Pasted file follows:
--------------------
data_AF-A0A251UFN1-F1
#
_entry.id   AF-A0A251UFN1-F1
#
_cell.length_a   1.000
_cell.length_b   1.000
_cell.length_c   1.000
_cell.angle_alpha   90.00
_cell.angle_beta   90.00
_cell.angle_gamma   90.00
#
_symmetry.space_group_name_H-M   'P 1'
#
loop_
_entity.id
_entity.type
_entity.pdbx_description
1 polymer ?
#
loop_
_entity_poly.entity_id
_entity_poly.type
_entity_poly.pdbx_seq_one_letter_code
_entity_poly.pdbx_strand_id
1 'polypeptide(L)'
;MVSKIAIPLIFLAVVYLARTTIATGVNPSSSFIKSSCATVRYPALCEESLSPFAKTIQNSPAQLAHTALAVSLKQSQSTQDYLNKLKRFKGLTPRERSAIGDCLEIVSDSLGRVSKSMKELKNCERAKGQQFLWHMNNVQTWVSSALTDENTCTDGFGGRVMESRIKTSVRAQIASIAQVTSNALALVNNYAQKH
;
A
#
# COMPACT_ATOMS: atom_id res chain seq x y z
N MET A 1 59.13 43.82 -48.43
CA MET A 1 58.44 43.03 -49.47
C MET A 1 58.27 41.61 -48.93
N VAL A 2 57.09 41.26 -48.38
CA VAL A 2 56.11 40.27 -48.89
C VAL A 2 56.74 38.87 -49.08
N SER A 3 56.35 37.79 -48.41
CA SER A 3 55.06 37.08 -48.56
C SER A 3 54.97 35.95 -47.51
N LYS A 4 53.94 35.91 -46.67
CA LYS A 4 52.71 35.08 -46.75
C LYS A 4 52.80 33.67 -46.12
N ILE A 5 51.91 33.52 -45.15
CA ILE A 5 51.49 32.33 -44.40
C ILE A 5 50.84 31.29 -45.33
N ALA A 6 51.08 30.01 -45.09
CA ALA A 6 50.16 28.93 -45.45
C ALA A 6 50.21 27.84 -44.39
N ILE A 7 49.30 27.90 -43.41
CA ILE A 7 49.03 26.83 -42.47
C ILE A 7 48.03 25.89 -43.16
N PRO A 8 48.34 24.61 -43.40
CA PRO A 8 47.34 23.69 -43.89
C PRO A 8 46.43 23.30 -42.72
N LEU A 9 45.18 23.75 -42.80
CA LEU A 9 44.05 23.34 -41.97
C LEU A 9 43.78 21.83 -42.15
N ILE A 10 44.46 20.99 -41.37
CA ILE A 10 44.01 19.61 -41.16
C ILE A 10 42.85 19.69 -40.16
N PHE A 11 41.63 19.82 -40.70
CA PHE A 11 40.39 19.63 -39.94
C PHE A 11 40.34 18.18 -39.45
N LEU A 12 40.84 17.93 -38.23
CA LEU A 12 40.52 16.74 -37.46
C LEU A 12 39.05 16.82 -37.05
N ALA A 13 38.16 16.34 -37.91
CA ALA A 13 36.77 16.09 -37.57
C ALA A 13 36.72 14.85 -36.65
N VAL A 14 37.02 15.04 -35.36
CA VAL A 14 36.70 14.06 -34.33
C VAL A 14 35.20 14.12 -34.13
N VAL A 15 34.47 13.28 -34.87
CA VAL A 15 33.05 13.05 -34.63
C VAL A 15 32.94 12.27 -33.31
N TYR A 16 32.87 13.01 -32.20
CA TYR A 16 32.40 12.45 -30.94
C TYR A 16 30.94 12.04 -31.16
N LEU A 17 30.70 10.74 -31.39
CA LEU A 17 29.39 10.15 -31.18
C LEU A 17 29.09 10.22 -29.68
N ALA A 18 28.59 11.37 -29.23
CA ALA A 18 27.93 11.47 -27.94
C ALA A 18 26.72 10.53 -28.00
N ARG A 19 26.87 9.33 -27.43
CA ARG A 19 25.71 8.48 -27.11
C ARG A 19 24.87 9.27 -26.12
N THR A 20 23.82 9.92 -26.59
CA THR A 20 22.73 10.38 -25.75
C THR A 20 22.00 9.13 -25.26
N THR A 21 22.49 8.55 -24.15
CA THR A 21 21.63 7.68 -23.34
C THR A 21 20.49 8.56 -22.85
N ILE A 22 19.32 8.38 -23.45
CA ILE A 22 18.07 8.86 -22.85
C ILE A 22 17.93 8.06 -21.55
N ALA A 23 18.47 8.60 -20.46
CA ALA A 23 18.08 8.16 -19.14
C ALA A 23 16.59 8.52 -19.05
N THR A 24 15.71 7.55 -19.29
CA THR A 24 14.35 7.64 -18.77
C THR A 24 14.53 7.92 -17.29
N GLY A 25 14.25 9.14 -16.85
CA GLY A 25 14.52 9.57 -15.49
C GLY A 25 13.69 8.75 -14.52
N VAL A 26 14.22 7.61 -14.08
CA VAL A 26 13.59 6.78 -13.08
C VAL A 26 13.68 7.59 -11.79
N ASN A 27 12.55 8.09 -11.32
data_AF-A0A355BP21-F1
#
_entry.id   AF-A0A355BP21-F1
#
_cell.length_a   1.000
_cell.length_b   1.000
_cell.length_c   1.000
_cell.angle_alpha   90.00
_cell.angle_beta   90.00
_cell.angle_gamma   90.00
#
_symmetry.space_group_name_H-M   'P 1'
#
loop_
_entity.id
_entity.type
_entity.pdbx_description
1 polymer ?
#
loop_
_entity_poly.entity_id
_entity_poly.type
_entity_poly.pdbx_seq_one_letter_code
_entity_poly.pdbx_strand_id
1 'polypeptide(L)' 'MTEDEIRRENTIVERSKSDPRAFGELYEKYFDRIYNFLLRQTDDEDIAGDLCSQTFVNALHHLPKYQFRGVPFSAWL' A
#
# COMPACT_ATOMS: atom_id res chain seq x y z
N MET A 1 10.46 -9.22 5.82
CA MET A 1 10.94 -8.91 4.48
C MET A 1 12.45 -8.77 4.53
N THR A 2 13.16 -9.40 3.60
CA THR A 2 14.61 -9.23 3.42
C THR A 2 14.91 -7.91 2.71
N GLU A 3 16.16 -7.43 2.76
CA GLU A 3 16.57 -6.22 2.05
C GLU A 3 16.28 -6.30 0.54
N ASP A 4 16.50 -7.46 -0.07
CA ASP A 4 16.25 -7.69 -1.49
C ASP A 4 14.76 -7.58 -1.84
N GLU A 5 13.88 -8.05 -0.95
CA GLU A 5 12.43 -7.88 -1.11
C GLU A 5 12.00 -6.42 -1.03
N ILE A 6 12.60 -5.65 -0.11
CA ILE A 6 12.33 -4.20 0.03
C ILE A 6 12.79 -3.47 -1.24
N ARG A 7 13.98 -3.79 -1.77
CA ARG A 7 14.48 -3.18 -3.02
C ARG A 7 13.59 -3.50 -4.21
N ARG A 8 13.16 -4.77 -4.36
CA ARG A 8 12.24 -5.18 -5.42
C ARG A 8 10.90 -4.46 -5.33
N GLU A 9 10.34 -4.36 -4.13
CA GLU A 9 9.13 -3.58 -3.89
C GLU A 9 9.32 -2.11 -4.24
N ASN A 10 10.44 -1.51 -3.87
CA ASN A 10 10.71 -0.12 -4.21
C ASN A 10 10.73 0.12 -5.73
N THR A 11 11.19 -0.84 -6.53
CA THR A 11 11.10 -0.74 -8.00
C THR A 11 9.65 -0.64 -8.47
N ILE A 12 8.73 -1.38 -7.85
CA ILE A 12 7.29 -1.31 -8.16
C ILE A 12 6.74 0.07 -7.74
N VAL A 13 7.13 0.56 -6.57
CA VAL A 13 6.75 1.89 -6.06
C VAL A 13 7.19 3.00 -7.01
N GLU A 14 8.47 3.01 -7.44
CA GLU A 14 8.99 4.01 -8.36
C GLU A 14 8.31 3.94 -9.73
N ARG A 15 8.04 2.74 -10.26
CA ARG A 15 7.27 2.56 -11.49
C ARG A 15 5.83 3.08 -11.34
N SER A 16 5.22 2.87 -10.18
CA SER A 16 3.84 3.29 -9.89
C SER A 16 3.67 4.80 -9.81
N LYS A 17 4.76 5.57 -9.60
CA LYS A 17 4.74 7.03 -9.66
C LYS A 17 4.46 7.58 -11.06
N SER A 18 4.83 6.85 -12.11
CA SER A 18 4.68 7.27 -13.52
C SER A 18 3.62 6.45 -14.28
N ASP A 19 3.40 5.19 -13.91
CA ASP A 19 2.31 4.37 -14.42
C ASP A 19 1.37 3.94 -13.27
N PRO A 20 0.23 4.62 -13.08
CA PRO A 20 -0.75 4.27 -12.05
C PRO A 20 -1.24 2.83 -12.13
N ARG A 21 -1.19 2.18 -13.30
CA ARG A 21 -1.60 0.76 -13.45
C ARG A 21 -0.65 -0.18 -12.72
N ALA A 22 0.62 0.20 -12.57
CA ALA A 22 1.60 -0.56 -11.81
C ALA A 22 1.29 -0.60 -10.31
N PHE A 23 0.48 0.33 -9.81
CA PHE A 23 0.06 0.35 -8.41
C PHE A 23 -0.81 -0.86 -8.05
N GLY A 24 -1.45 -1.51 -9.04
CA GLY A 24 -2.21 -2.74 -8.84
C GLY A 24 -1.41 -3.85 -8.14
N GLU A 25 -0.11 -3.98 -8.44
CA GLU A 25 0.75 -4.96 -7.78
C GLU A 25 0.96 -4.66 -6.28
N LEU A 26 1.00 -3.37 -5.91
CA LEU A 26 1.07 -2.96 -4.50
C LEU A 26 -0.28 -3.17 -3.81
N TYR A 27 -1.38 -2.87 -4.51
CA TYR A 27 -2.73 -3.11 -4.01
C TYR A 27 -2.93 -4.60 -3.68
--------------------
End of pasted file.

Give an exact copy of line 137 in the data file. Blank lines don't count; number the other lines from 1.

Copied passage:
N MET A 1 10.46 -9.22 5.82